• “The Biggest South Florida Housing Boom Is Near the Rail Stations” (Wall Street Journal): “While mass transit systems throughout the U.S. are suffering from decreased business as more people work from home, Brightline reported a 68% increase in ridership in March of 2023, compared with the same month last year. … Property values near the [Miami Brightline] station were up 83% in price over that period, compared with a 38% median increase for the Miami area. … Rent has also increased at a higher rate near the Brightline train stops. In Fort Lauderdale, rental premiums are up most, 28% higher than the market average, according to Tina Tsyshevska, an analyst at Green Street.”

16 thoughts on “Can ChatGPT save San Francisco?

  1. The drivers of real estate prices are complex. Some are easy to identify, economic opportunity, weather, taxes… Some are a bit more subtle (proximity of people who think like you or that you like). Those subtle drivers of prices are difficult to analyze, but very real. Why is aPicasso more expensive, for now, than a Biden?

    Is the real estate boom in Florida driven by the local economy or is more comparable to the cases of Monaco or Marbella? Are the workers of Florida (GDP per capita way lower than California) more productive than the ones in California? Lots of wealthy educated people are moving to Florida, but my guess is that the corresponding rise in real estate prices is going be make the life of no so wealthy Floridians more difficult (as is the case in many other places), and it could be like other forms of inflation, “transitory.”

    Someone who an predict real estate trends can make a lot of money.

    “Florida folks, land of perpetual sunshine. Let’s get the auction started before we have a tornado.”

    Groucho Marx

  2. One of the major reasons that a Picasso is more expensive than a Biden is the expectation that someone in the future will pay more for a Picasso than a Biden, i.e. the current value of a Biden is probably largely a function of its current notoriety and that the buyer may by purchasing a Biden also receive some influence with the Big Guy, factors that will probably disappear once the Big Guy vacates the White House. Real estate probably has a large expectation aspect to its valuation — so in a bull market the certainty that someone will pay more in the future. And prices tend to be sticky because residential property is typically owned by amateurs so the reluctance to sell for less than what was paid – the sunk cost fallacy.

    Phil- while in Montana check out Butte if you have never been there. It reached its apogee around 100 years ago. You could probably now buy whole city blocks there for what you are carrying in your wallet — though as we know, real estate can only go up because they are not making any more. Check out the acres of abandoned company homes for miners. Check out the grand hotel in the center and imagine what a glamorous place it must have been when the high rolling miners were looking for a good time on Saturday night. The hotel and most of the town is now basically deserted, probably more bars than residents, though the hotel still has a desk clerk and they exhibit menus from the good old days. There is a large used book store in town that makes its money by selling on line while probably paying close to zero in rent.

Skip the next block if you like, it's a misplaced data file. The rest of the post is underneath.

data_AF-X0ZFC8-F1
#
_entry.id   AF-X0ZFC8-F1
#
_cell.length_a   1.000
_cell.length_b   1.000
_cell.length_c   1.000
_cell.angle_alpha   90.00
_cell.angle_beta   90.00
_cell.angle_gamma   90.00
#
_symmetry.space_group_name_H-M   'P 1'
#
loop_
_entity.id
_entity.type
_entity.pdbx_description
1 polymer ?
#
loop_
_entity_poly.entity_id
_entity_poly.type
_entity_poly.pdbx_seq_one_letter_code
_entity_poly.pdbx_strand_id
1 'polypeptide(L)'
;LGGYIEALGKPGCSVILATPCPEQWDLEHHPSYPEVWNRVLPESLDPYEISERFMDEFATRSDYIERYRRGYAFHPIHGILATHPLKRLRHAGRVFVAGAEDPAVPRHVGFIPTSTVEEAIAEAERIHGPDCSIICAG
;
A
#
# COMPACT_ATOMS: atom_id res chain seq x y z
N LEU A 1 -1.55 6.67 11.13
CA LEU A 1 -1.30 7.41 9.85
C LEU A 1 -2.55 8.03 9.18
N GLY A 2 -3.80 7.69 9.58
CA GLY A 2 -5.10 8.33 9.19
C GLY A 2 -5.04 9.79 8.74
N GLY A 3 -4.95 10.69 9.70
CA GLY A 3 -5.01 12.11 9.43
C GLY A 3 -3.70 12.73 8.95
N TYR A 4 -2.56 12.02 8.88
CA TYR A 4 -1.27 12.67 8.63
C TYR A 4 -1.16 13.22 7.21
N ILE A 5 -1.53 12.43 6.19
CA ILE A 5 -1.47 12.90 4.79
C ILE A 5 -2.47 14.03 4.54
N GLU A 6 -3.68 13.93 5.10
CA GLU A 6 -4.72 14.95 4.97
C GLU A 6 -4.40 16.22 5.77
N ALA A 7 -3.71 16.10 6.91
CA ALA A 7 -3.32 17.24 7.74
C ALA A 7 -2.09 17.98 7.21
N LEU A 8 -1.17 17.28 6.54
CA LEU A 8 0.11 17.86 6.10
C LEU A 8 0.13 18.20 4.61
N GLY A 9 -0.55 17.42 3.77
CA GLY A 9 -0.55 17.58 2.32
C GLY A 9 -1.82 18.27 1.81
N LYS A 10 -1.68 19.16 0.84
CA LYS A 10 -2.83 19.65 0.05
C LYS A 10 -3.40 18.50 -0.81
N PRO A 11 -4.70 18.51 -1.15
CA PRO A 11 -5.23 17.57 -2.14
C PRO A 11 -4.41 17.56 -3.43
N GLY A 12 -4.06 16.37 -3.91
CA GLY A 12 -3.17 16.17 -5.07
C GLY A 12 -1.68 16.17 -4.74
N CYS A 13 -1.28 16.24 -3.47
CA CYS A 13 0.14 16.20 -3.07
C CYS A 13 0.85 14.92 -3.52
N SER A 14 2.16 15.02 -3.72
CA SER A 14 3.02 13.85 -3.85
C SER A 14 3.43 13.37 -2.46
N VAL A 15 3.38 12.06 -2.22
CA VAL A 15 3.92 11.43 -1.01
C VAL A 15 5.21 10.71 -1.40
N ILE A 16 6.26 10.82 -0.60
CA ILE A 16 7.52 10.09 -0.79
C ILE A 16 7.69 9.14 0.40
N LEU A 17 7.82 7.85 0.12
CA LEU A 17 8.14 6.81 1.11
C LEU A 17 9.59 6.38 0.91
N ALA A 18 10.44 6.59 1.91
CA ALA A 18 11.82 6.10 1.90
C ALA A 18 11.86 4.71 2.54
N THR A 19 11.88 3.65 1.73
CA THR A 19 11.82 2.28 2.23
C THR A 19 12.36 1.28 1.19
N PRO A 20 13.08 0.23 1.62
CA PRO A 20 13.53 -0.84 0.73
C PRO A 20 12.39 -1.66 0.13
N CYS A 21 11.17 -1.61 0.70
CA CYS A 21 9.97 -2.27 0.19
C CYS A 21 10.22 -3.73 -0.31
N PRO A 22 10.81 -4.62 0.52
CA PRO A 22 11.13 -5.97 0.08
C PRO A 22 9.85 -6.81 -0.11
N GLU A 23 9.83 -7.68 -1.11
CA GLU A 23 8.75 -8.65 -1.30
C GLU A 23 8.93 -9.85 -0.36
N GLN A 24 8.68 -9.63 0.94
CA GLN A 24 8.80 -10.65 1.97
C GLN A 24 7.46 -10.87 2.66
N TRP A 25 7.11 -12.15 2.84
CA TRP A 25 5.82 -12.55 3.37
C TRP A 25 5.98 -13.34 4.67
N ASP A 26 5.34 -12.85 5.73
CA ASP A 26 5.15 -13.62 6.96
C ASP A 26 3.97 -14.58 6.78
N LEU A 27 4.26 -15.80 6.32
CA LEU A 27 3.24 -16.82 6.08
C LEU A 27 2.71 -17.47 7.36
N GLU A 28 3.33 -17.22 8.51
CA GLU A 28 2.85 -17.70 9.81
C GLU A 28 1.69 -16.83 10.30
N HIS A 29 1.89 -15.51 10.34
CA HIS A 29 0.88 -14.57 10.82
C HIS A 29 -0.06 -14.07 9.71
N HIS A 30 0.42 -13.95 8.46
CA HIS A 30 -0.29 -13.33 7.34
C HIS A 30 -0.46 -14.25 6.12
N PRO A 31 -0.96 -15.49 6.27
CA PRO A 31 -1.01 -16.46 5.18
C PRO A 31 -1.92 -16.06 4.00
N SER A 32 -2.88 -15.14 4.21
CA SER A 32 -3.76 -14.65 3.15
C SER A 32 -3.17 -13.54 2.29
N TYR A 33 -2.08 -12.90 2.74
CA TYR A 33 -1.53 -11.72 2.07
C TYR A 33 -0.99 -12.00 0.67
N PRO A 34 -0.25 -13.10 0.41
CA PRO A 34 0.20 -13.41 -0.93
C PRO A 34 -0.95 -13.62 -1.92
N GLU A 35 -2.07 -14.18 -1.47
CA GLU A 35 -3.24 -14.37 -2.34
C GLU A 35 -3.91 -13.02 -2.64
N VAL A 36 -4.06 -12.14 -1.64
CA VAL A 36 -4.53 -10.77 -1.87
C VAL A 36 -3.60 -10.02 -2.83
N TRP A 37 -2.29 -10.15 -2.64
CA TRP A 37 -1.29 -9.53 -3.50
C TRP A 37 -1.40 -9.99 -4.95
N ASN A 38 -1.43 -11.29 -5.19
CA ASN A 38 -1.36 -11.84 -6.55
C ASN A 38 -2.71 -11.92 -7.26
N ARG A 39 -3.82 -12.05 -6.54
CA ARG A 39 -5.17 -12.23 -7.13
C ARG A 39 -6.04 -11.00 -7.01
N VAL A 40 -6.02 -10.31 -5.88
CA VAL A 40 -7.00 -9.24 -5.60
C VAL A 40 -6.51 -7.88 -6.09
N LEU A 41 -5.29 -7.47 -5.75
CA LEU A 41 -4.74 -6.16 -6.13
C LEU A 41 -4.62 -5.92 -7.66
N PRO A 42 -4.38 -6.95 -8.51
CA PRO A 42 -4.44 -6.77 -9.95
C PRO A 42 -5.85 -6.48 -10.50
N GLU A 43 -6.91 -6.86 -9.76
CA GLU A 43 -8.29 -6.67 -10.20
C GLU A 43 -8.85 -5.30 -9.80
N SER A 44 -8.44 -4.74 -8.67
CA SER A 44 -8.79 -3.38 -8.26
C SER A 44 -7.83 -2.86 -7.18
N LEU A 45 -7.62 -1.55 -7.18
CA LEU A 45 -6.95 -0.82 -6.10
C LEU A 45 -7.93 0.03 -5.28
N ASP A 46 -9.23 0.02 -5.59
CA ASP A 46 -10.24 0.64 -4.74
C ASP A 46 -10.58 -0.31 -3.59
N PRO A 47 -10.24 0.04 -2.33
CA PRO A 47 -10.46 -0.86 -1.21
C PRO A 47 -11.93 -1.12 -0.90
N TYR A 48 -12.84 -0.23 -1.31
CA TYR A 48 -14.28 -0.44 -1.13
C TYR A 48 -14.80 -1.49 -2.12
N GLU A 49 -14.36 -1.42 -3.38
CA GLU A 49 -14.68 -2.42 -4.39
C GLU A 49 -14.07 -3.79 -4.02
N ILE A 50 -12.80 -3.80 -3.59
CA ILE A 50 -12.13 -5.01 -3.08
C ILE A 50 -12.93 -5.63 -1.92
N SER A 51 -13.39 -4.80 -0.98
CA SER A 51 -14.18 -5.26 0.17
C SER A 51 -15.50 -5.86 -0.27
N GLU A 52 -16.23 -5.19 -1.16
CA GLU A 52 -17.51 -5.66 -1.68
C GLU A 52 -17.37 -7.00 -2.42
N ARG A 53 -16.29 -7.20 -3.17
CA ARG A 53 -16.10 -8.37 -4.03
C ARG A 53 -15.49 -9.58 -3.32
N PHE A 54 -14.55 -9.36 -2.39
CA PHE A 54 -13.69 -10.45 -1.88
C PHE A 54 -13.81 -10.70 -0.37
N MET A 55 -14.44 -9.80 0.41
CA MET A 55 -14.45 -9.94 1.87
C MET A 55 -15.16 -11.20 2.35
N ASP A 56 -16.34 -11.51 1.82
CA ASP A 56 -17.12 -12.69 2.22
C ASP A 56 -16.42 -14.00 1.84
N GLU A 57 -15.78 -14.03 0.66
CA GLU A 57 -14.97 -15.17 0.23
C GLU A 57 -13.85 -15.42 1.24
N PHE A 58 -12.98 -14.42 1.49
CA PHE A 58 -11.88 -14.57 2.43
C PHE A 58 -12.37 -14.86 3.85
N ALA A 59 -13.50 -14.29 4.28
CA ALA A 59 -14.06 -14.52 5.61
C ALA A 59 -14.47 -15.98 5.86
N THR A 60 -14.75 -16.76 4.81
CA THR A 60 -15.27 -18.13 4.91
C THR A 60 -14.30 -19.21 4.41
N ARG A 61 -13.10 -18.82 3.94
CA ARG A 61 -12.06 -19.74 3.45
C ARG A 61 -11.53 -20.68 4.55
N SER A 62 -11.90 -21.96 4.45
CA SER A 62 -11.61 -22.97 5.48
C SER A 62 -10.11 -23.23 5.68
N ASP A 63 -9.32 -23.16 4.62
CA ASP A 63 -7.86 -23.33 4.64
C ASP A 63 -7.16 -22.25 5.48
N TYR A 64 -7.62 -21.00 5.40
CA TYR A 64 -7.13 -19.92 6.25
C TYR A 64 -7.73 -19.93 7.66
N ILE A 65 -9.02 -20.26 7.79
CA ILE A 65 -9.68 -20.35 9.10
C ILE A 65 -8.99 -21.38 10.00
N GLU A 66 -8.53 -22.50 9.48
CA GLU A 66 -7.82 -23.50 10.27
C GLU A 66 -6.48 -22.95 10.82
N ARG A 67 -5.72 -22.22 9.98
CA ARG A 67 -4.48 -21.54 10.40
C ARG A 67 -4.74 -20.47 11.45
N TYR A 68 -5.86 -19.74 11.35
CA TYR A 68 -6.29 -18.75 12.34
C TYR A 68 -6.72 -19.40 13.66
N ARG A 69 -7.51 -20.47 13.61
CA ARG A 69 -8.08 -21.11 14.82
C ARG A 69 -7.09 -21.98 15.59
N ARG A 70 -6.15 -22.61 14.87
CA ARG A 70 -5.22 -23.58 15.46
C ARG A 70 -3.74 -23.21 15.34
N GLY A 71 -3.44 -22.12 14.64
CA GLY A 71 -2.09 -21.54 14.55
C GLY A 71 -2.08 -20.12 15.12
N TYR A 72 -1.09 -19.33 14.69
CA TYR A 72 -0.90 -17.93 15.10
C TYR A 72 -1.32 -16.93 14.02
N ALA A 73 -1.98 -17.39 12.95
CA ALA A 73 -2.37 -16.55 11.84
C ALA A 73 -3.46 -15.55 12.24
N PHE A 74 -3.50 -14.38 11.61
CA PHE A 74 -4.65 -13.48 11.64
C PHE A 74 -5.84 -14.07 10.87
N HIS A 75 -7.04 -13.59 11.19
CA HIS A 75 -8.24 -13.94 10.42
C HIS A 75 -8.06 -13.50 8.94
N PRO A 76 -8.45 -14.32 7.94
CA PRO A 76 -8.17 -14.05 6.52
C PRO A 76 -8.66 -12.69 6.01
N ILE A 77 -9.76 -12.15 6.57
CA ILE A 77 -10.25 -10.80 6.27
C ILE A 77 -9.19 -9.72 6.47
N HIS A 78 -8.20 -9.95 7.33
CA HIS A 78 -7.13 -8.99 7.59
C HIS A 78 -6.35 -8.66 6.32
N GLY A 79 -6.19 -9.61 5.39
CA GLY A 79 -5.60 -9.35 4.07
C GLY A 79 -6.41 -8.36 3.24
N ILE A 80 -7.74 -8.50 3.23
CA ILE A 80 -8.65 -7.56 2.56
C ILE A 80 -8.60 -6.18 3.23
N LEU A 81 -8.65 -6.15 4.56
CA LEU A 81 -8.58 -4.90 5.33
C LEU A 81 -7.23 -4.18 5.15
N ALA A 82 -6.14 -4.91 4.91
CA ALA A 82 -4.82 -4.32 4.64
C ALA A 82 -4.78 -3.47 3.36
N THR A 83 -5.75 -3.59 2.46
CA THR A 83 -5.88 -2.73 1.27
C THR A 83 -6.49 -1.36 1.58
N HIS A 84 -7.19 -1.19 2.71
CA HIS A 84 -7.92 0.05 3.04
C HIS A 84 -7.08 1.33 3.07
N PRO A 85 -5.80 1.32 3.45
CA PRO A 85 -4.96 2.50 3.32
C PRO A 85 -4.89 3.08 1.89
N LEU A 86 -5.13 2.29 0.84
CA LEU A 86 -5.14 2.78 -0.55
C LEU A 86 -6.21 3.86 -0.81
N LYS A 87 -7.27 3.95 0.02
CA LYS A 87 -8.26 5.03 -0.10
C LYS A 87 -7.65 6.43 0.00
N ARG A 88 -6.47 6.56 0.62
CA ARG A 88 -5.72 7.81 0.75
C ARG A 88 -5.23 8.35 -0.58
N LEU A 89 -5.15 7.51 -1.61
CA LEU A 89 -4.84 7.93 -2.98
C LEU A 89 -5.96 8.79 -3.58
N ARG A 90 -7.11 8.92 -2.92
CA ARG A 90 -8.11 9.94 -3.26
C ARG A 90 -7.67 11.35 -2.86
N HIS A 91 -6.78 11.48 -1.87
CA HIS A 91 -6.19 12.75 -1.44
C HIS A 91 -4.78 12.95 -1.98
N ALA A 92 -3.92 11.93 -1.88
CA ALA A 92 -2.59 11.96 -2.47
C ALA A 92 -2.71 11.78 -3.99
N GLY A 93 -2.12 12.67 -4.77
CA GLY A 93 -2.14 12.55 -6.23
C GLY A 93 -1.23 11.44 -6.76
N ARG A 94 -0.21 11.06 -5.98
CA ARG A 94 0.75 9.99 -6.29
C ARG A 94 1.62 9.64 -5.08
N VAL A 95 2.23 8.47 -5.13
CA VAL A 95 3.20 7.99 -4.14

3. Pretty sure ruby on rails is going to save San Francisco. The future is ruby on rails!

    • TS: Interesting. I had no idea that the miracle of central planning had been extended to all of the 15-year-old-and-older buildings in the Great State. “AB 1482 restricts the allowable annual rent increase to 5% plus a local cost-of-living adjustment of no more than 5%, for a maximum increase of 10%.” is kind of ironic. This law went into effect in 2020, just in time for raging inflation well beyond the arbitrary 5% limit. They envisioned all possible futures except the one that actually transpired just a year later.

    • Rent control is the right thing to do, because housing, per the liberals, is a “human right”. But why stop at housing? Food is a human right, and so is healthcare, education, vacation, xBox, 80″ TV, Netflex, cell phone, cannabis, sex change, etc. Why isn’t the prices of those other “human rights” items being controlled like rent? We would not have inflation if our government did its job and everyone would be happy, no? Let’s see now, when and where was this tried? Right, USSR and Americas were against it, but now liberals want more government control. Go figure.

    • TS: My dream is that one day people will be in 2BR apartments in California for a monthly rent that is less than the cost of a Diet Coke.

    • With price controls on 2 bedroom apartments and none on diet coke that is the only logical conclusion.

  4. We are told that “AI” will replace programmers. If that happens, shouldn’t there be more homeless people in SF?

    But they still can scan their eyeballs in exchange for some “worldcoin”, which is Altman’s other startup.